Coming of age as a visual artist
After graduating from Emily Carr University of Art and Design and returning to Switzerland in spring 1978 I had to take on a variety of menial jobs in different fields to make a living through the following few years. Hard work in building construction, landscape gardening, factories etc. was a good experience altogether, but did not allow for any serious pursuit of painting. I would always keep sketching and drawing though, in different techniques like charcoal, Chinese ink, monotypes, or graphite crayon.
Two consecutive seasons 80/81 in a circus were really tough, but altogether a very good time for me – with different kinds of responsibilities, including the directing of the manège spot-lights during the shows. Fourteen hours of work every day non-stop through nine months, that meant: certainly no painting there.
Then I settled in Aarau in 1983, found a part-time job renovating antique furniture, and thus I could finally set up a studio and start painting.
At first I worked with acrylics on hardboard, and a series of large paintings resulted, technically crude and without any sophistication, but laying the foundation to my later work. Parallel to it I created a number of smaller formats with gouache and oil-pastels on paper, the latter being a mixed technique which I would continue developing through the years to come. I also succeeded in having a few shows, mainly in local galleries, even selling quite well sometimes, although this did not lead to any major breakthrough.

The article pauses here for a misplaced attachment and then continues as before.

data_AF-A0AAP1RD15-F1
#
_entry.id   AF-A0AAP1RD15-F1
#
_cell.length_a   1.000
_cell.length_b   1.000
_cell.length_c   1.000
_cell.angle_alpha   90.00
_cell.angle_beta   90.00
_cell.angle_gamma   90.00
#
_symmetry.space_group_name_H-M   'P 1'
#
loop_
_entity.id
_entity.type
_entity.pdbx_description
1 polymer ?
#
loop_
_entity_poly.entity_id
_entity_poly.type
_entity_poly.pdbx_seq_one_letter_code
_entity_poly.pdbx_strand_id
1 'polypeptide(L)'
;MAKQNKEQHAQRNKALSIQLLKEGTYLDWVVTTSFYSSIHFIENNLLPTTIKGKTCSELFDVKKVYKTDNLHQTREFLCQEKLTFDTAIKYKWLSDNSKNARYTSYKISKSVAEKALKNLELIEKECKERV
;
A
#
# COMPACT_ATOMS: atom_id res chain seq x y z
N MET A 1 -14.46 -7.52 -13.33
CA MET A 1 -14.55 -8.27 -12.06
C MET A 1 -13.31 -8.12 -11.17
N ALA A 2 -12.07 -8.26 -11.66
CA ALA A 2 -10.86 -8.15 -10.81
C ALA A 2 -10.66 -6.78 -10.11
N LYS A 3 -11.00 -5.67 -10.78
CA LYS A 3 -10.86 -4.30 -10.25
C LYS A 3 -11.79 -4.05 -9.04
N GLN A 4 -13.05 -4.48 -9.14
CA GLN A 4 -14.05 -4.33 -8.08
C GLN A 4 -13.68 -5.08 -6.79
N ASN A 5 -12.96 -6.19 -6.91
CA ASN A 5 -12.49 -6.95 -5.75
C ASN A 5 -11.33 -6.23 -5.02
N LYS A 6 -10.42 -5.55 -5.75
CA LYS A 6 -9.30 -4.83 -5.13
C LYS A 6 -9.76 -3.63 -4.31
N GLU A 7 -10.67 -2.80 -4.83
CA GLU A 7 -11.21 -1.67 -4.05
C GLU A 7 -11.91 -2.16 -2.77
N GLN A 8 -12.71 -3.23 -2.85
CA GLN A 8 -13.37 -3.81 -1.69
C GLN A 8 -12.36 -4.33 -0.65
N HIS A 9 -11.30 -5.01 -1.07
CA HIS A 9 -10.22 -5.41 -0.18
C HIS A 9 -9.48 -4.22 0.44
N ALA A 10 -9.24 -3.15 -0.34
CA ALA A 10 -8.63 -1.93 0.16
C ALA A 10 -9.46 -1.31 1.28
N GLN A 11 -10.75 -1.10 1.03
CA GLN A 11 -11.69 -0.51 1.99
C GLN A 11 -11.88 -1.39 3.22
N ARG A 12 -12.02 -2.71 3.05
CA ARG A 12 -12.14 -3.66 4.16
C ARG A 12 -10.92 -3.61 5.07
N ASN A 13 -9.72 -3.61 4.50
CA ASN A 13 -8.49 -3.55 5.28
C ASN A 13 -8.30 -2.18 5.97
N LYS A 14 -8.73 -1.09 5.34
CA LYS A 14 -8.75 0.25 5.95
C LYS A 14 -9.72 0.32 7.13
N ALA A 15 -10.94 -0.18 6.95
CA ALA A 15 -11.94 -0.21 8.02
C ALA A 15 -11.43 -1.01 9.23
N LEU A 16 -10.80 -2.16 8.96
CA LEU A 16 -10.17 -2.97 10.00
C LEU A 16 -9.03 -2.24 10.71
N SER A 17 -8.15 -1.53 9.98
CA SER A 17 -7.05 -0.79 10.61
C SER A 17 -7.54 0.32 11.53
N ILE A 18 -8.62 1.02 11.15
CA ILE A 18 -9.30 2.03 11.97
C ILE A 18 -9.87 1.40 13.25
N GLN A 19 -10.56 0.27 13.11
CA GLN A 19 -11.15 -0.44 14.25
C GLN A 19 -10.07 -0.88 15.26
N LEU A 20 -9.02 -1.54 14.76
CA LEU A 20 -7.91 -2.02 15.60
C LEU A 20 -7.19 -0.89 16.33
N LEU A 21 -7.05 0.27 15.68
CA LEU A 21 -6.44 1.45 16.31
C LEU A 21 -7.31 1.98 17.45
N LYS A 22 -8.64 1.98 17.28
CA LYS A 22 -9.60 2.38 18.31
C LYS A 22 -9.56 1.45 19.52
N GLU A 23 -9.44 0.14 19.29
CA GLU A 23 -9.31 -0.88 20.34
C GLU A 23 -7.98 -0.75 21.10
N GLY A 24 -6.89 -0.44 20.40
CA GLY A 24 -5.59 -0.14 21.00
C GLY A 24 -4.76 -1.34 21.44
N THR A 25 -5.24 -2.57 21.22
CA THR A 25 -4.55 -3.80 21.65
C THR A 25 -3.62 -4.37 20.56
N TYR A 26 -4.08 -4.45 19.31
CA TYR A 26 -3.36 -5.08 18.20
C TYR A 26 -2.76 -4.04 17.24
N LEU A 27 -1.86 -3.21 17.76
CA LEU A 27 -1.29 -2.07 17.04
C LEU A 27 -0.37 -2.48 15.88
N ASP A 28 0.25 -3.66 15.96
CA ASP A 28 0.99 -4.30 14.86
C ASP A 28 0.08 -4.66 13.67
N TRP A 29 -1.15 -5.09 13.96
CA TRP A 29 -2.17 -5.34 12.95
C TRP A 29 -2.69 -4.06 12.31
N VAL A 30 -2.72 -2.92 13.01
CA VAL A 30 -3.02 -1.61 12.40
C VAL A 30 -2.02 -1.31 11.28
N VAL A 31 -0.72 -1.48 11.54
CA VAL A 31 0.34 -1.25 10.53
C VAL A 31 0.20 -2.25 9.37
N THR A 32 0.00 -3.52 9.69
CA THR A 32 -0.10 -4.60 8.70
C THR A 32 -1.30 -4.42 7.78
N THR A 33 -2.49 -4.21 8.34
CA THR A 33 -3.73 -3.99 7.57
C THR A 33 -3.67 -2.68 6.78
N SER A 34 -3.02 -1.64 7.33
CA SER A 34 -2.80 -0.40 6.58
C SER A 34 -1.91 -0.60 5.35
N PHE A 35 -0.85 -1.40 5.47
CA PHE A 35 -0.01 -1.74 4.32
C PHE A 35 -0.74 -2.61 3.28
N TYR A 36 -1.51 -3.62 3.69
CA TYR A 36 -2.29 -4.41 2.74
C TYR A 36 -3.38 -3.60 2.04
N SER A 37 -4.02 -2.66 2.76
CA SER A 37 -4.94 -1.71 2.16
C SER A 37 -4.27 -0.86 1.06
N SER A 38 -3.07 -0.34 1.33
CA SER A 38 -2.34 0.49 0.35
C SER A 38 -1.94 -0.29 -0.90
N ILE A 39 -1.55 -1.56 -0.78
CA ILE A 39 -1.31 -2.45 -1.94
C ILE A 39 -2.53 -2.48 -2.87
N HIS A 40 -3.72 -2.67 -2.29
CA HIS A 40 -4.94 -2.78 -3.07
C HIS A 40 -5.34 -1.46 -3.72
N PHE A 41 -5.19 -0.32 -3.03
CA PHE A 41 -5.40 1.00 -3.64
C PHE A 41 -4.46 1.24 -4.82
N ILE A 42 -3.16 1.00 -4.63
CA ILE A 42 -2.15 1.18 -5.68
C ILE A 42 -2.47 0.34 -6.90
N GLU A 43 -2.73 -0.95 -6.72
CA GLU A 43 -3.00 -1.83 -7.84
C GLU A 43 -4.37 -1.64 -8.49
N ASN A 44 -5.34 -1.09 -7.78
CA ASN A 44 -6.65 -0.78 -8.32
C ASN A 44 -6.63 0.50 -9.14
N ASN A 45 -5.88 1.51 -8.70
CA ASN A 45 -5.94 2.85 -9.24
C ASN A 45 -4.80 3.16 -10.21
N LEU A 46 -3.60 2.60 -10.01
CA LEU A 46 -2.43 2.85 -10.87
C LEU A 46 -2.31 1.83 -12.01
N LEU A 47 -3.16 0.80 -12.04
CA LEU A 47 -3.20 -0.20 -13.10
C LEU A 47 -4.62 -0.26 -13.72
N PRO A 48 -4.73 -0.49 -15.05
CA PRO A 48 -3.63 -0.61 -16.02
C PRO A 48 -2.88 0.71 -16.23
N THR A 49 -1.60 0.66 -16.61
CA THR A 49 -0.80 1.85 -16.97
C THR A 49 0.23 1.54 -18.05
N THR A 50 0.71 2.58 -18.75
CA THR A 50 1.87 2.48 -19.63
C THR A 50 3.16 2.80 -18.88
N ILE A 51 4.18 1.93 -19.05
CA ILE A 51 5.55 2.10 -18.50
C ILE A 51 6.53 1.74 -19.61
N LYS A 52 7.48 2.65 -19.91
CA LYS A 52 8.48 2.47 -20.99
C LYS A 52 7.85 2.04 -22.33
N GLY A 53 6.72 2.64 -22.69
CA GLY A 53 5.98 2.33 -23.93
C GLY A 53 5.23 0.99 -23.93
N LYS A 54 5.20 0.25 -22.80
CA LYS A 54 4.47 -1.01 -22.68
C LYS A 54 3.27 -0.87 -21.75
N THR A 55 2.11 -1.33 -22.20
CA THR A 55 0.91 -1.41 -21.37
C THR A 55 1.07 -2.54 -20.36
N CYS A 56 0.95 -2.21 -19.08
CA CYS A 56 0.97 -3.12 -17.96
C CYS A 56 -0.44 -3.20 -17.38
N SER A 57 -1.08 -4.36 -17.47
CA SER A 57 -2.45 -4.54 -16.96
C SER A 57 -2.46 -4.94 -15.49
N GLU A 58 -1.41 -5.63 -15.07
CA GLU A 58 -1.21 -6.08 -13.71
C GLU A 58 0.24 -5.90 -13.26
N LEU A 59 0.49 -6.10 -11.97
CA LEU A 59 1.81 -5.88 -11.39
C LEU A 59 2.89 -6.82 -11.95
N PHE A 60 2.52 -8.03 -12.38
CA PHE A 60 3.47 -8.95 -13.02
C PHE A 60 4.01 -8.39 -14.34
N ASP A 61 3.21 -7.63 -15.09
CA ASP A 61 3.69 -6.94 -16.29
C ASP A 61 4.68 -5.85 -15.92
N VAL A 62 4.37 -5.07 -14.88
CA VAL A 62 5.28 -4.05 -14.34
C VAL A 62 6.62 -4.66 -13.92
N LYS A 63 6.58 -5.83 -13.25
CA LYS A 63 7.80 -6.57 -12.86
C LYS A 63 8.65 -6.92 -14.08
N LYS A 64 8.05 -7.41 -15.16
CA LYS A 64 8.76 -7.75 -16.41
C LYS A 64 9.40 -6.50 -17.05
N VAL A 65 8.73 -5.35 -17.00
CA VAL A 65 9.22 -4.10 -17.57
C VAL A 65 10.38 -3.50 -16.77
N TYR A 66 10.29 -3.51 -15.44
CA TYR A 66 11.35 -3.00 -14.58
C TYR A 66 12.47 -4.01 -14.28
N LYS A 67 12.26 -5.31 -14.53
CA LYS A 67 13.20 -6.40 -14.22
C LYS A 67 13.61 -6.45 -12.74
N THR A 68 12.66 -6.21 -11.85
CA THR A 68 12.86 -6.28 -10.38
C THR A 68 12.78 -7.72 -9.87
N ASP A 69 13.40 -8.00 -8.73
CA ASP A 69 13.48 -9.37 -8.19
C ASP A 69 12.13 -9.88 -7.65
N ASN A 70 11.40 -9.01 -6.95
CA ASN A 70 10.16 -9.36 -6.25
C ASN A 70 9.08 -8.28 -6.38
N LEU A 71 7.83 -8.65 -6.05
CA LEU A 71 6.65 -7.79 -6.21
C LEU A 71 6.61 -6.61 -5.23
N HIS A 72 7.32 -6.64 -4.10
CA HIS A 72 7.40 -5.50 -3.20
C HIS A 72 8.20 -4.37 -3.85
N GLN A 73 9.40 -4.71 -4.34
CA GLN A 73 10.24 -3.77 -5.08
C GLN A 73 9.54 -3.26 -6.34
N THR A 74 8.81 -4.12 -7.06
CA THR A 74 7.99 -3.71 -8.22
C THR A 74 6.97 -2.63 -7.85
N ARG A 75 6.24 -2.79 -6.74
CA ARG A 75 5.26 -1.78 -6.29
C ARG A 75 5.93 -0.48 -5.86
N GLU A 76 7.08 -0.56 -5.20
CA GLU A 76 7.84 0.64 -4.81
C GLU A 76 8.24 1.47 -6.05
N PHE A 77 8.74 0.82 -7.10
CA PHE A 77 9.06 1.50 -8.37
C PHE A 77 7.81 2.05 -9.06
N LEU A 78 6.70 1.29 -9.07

I got married to my wife Rita in 1984, we had our first daughter Seraina a year later and then our son Mario in 1987 : this meant going back to a fulltime job again in order to allow my wife and the babies to enjoy serious loving care. This time I worked as a bookseller in a local bookstore, and of course only little time could be spent on painting.
In 1989 my wife took up work again and I found a part-time job one more time, as a supervisor in a pool hall. All of a sudden I had plenty of daytime in the studio and took on painting in oil seriously. In the following years I would then paint the bulk of my more ambitious work in this technique – but again also some large series of pieces in gouache/oil-pastel evolved.